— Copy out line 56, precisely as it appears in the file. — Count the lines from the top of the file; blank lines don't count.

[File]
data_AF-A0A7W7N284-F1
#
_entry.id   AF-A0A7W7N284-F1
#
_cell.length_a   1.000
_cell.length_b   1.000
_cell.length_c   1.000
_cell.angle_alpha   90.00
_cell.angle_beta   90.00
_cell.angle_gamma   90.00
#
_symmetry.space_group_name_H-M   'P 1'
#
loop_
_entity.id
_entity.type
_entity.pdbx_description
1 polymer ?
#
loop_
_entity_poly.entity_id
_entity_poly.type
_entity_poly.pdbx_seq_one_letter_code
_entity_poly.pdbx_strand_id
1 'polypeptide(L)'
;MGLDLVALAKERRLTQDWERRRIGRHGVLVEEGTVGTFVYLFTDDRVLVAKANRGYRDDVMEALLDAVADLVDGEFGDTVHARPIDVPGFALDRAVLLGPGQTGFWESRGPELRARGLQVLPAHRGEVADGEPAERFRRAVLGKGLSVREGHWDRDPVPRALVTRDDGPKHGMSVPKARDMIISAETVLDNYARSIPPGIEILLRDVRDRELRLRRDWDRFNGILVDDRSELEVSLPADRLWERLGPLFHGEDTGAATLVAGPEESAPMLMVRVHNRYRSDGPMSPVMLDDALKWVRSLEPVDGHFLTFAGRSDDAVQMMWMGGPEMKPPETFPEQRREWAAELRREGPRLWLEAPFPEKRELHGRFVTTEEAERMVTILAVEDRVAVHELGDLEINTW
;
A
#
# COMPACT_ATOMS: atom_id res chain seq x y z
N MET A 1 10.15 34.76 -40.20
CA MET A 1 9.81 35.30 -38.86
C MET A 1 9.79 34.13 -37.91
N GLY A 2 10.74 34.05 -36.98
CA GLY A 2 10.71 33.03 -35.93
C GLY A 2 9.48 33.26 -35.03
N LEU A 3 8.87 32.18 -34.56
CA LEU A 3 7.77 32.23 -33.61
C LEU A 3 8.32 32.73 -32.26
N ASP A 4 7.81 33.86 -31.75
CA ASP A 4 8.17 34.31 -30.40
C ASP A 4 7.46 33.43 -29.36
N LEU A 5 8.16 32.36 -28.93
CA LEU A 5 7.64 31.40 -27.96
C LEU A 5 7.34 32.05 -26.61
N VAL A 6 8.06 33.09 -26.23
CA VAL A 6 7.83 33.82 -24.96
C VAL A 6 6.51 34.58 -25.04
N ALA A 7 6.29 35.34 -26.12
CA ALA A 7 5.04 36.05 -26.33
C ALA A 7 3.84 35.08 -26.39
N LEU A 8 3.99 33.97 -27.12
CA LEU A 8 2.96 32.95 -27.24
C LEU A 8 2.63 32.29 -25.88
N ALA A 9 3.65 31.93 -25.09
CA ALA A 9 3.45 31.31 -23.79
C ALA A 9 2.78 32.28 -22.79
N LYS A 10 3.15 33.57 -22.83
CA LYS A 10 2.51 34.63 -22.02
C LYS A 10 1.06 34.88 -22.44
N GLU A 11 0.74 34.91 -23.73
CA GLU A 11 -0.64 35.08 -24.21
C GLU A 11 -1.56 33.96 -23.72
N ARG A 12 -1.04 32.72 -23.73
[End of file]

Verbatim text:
CA ALA A 9 3.45 31.31 -23.79